PTSD: our inner world is a Battlefield

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Being aware of my internal world, spotting the negative undercurrent, the danger, exposes some of my daily battles.

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Worry arrives early in the morning, before the sun is up my consciousness is greeted by perceived danger.

During my morning meditation, the unrest enters my consciousness.

When you slow down, focus on the breath, letting thought evaporate, the undercurrent is exposed and inflamed.

It takes special tools to let it go, to be able to come back to now, to my focus.

I avoid things that carry danger and worry as much as possible, now.

Other times it can be white knuckle exposure therapy, tiptoeing into perceived danger, feeling about to explode, or faint.

Some things are just too painful to be worthwhile, crowds and people ignite my distrust, and it is a arduous ordeal that leads to more isolation.

We avoid it differently as PTSD ages, as we slowly heal certain areas.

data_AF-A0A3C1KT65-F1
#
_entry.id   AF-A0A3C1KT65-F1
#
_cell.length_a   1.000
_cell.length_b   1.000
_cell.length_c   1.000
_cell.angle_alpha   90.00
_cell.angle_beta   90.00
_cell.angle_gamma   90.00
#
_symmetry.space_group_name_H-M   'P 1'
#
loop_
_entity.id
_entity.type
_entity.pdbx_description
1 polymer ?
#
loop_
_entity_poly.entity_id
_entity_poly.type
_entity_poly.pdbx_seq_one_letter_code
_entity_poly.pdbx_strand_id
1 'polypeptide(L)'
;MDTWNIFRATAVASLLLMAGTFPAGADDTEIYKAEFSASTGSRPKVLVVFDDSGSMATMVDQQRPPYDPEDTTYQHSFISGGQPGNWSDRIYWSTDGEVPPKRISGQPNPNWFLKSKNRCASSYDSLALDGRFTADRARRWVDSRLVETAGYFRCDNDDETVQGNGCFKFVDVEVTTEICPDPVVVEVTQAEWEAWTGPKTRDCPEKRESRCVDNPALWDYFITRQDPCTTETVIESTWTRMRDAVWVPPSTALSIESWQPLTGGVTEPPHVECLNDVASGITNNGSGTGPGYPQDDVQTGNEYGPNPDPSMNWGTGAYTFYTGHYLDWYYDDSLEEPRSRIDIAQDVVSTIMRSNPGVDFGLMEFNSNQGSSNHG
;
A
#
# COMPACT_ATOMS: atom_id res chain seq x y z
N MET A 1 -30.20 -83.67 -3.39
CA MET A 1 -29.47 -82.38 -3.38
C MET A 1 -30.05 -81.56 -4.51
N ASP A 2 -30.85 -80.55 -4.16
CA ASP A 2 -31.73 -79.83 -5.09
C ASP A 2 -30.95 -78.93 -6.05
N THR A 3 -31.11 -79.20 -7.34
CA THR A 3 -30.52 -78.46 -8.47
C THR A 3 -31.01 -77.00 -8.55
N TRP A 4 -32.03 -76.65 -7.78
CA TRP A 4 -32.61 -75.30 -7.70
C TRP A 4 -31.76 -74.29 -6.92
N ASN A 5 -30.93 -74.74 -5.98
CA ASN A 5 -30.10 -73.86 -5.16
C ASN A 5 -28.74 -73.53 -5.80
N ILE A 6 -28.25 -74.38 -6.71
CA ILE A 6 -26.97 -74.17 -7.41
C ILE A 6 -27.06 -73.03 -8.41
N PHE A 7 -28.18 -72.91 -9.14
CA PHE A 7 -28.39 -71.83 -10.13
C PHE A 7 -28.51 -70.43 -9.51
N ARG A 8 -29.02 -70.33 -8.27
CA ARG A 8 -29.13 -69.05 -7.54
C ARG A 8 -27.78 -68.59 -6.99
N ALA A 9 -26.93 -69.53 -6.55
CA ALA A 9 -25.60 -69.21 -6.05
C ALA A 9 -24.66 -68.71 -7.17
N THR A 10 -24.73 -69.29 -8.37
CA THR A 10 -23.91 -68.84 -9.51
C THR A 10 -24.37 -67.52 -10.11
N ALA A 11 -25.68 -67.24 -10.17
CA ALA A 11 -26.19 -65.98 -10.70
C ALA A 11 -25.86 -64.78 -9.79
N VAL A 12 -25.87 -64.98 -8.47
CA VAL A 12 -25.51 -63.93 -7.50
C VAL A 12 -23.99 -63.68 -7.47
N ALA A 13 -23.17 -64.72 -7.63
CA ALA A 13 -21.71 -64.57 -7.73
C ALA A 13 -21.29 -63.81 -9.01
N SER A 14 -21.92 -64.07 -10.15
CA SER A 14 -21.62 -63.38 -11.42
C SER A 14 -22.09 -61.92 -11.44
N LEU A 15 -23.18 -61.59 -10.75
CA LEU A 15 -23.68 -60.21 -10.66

My fight or flight does not erupt for triggers but my intrusive negative thoughts have taken over carrying my danger.

The time and energy spent dealing with all this turmoil are enormous.

My internal world as you can see is a battlefield.

It is a war created by childhood abuse.

Old age has either weakened me or PTSD has gained power or a combination of both.

There are many pitfalls to combating this mental illness, the chance of self-medicating to stop the pain, the chance of becoming a victim, or the chance of self-harm.

Giving up brings real danger, real consequences.

Be strong, discount the noise, and keep swimming upstream.

Life has always arrived at a fervent pace for us, always too quick and with way too much danger.
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3 responses to this post.

  1. Posted by Anonymous on May 3, 2022 at 9:48 pm

    I.m thinking that ‘being strong’ is not in the belief that one is going to power thru the C-PTSD triggers. Rather being strong is holding on to the belief that this too will pass. We must live for another day. I can be calm one moment, my hubris whispers…all the burdens have lifted. Only to discover, the wind has shifted and I’m back in irons of depression, anxiety, despair. Being strong is repeating and believing the mantra “this too shall pass” AND being ok with that.

  2. You know the battle

  3. Power thru is not what I have experienced

    Playing defense is what I name it

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